Subject(s)
Air Pollution/adverse effects , Albuminuria/epidemiology , Environmental Exposure/adverse effects , Particulate Matter/adverse effects , Renal Insufficiency, Chronic/epidemiology , Adult , Aged , Albuminuria/diagnosis , China , Female , Glomerular Filtration Rate , Humans , Logistic Models , Male , Middle Aged , Prevalence , Renal Insufficiency, Chronic/diagnosis , Risk Factors , Surveys and Questionnaires , Time Factors
6.
Environ Health ; 20(1): 65, 2021 05 27.
Article in English | MEDLINE | ID: covidwho-1496182

ABSTRACT

BACKGROUND: Alzheimer's disease (AD) and other dementias currently represent the fifth most common cause of death in the world, according to the World Health Organization, with a projected future increase as the proportion of the elderly in the population is growing. Air pollution has emerged as a plausible risk factor for AD, but studies estimating dementia cases attributable to exposure to fine particulate matter (PM2.5) air pollution and resulting monetary estimates are lacking. METHODS: We used data on average population-weighted exposure to ambient PM2.5 for the entire population of Sweden above 30 years of age. To estimate the annual number of dementia cases attributable to air pollution in the Swedish population above 60 years of age, we used the latest concentration response functions (CRF) between PM2.5 exposure and dementia incidence, based on ten longitudinal cohort studies, for the population above 60 years of age. To estimate the monetary burden of attributable cases, we calculated total costs related to dementia, including direct and indirect lifetime costs and intangible costs by including quality-adjusted life years (QALYs) lost. Two different monetary valuations of QALYs in Sweden were used to estimate the monetary value of reduced quality-of-life from two different payer perspectives. RESULTS: The annual number of dementia cases attributable to PM2.5 exposure was estimated to be 820, which represents 5% of the annual dementia cases in Sweden. Direct and indirect lifetime average cost per dementia case was estimated to correspond € 213,000. A reduction of PM2.5 by 1 µg/m3 was estimated to yield 101 fewer cases of dementia incidences annually, resulting in an estimated monetary benefit ranging up to 0.01% of the Swedish GDP in 2019. CONCLUSION: This study estimated that 5% of annual dementia cases could be attributed to PM2.5 exposure, and that the resulting monetary burden is substantial. These findings suggest the need to consider airborne toxic pollutants associated with dementia incidence in public health policy decisions.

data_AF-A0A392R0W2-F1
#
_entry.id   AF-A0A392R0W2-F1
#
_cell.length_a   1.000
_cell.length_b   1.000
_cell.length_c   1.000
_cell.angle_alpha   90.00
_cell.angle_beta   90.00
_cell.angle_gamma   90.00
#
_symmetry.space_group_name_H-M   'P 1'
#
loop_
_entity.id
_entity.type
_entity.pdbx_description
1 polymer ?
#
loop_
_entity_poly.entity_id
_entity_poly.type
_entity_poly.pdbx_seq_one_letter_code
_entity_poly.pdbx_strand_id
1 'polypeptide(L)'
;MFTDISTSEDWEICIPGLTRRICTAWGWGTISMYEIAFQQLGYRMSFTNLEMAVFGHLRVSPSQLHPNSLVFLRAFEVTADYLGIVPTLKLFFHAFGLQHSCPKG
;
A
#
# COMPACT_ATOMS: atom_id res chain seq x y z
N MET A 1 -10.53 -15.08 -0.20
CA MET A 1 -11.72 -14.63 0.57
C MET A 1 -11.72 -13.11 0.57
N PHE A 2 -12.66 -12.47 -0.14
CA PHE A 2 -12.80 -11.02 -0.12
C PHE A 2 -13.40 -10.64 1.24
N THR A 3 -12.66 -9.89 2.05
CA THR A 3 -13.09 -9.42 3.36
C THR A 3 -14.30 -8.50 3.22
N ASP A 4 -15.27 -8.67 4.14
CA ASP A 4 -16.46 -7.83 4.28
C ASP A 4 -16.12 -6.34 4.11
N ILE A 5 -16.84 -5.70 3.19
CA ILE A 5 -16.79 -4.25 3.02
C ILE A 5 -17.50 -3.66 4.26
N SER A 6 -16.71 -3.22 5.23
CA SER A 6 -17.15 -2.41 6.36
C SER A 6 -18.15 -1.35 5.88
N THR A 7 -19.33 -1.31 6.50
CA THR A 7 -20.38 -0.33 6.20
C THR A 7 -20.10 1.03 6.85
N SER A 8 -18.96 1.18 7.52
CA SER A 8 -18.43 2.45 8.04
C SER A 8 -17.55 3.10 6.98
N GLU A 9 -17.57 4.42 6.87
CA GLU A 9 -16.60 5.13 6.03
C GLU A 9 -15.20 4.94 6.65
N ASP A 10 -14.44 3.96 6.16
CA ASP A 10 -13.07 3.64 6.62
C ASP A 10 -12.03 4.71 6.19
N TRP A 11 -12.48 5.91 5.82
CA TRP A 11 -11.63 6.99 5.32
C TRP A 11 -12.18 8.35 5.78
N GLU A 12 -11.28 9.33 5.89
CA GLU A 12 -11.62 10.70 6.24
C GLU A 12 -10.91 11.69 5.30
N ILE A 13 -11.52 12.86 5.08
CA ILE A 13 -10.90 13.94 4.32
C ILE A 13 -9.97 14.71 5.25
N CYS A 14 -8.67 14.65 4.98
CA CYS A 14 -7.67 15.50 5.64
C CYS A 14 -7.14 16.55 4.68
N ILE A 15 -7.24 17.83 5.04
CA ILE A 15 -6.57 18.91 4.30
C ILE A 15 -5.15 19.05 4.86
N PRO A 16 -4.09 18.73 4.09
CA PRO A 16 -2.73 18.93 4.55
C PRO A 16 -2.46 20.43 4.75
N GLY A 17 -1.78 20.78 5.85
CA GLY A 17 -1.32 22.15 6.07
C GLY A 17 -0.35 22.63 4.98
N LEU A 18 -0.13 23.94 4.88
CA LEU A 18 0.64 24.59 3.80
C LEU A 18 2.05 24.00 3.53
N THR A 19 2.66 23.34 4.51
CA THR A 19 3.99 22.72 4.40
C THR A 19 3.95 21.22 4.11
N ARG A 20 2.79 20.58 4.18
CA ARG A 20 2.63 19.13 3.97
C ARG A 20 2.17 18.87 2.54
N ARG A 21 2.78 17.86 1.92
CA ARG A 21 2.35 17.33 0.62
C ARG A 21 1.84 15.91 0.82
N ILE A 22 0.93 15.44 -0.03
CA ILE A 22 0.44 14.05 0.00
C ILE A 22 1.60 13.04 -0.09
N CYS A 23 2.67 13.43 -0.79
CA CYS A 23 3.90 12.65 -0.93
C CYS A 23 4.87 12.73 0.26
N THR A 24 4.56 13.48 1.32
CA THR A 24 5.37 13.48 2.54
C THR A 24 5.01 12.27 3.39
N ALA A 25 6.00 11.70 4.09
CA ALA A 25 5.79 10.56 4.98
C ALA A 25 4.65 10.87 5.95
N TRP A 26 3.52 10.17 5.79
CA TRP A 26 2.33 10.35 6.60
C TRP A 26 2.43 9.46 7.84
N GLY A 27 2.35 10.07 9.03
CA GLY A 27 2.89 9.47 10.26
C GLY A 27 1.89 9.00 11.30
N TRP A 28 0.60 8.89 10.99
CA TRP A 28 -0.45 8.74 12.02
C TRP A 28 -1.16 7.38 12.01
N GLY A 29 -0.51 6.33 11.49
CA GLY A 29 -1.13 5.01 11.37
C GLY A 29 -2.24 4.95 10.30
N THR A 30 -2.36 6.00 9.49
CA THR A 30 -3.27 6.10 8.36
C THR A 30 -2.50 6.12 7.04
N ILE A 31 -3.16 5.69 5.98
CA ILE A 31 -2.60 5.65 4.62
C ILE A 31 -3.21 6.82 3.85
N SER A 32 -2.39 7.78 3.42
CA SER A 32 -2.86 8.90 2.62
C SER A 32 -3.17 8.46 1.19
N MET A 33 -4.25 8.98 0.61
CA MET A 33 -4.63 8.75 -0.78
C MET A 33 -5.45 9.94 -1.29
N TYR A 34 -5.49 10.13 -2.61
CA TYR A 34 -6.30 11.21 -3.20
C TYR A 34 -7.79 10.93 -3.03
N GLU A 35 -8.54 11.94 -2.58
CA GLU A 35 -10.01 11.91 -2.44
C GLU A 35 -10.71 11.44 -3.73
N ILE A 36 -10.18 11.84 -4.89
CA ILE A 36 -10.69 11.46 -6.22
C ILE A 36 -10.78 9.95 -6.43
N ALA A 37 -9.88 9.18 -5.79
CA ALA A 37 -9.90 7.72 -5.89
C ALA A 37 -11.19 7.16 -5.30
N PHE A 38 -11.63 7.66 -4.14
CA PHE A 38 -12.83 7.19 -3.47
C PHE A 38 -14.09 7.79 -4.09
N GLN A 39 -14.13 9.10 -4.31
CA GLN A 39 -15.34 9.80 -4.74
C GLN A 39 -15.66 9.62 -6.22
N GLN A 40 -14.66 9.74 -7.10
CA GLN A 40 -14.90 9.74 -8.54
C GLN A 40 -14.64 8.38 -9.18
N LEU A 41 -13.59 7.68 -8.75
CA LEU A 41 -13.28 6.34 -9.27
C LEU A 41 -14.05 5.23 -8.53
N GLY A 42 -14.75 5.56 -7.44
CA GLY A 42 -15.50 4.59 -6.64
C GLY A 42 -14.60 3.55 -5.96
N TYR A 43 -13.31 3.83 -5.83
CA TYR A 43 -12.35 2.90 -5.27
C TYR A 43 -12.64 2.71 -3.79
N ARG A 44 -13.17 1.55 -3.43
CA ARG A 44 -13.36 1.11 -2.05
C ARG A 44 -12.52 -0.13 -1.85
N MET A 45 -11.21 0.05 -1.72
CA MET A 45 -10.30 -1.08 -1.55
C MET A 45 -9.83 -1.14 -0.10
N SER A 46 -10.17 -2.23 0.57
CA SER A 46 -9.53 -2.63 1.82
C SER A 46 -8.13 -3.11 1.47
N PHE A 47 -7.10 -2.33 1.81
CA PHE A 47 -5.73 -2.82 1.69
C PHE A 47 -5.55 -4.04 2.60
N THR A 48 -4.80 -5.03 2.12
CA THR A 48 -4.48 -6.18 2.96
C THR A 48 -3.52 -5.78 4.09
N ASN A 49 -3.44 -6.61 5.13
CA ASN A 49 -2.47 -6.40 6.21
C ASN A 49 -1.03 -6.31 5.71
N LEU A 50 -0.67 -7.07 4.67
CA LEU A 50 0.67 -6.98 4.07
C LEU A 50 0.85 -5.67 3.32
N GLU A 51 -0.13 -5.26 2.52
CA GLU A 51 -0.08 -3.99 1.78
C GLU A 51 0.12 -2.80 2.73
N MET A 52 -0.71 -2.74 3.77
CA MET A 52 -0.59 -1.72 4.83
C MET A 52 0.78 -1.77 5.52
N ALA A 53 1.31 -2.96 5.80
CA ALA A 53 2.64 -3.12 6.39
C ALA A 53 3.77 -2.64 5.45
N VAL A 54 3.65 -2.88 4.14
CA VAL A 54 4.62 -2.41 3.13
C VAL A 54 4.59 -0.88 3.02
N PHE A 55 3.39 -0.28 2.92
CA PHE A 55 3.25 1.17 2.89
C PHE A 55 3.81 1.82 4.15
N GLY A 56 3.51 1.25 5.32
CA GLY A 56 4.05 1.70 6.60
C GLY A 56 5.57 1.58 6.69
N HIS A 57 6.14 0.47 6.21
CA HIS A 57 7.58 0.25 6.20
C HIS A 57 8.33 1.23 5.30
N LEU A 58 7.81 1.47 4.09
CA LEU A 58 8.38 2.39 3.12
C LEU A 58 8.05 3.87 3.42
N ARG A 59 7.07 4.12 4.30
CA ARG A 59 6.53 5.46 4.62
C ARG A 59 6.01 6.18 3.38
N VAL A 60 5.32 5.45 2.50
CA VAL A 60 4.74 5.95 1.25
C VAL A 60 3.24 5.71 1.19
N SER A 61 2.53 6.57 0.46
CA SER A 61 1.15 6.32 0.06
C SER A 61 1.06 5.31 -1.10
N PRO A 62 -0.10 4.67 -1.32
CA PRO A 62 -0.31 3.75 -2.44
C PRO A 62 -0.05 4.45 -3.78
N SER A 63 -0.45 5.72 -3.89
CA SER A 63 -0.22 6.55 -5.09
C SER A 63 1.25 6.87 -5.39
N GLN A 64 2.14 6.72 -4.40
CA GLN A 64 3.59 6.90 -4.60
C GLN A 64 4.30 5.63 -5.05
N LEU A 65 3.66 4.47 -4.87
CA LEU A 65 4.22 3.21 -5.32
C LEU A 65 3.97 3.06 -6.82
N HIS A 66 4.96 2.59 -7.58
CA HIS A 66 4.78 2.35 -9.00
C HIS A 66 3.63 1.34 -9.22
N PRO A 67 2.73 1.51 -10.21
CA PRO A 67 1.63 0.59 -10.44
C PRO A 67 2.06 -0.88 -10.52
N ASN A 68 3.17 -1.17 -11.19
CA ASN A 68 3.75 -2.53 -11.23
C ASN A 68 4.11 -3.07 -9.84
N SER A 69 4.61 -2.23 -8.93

Subject(s)
Dementia , Environmental Exposure , Environmental Pollutants , Particulate Matter , Aged , Aged, 80 and over , Cost of Illness , Dementia/economics , Dementia/epidemiology , Environmental Exposure/adverse effects , Environmental Exposure/analysis , Environmental Exposure/economics , Environmental Pollutants/adverse effects , Environmental Pollutants/analysis , Environmental Pollutants/economics , Humans , Incidence , Middle Aged , Particulate Matter/adverse effects , Particulate Matter/analysis , Particulate Matter/economics , Quality of Life , Sweden/epidemiology
7.
Environ Health ; 20(1): 101, 2021 09 06.
Article in English | MEDLINE | ID: covidwho-1398862

ABSTRACT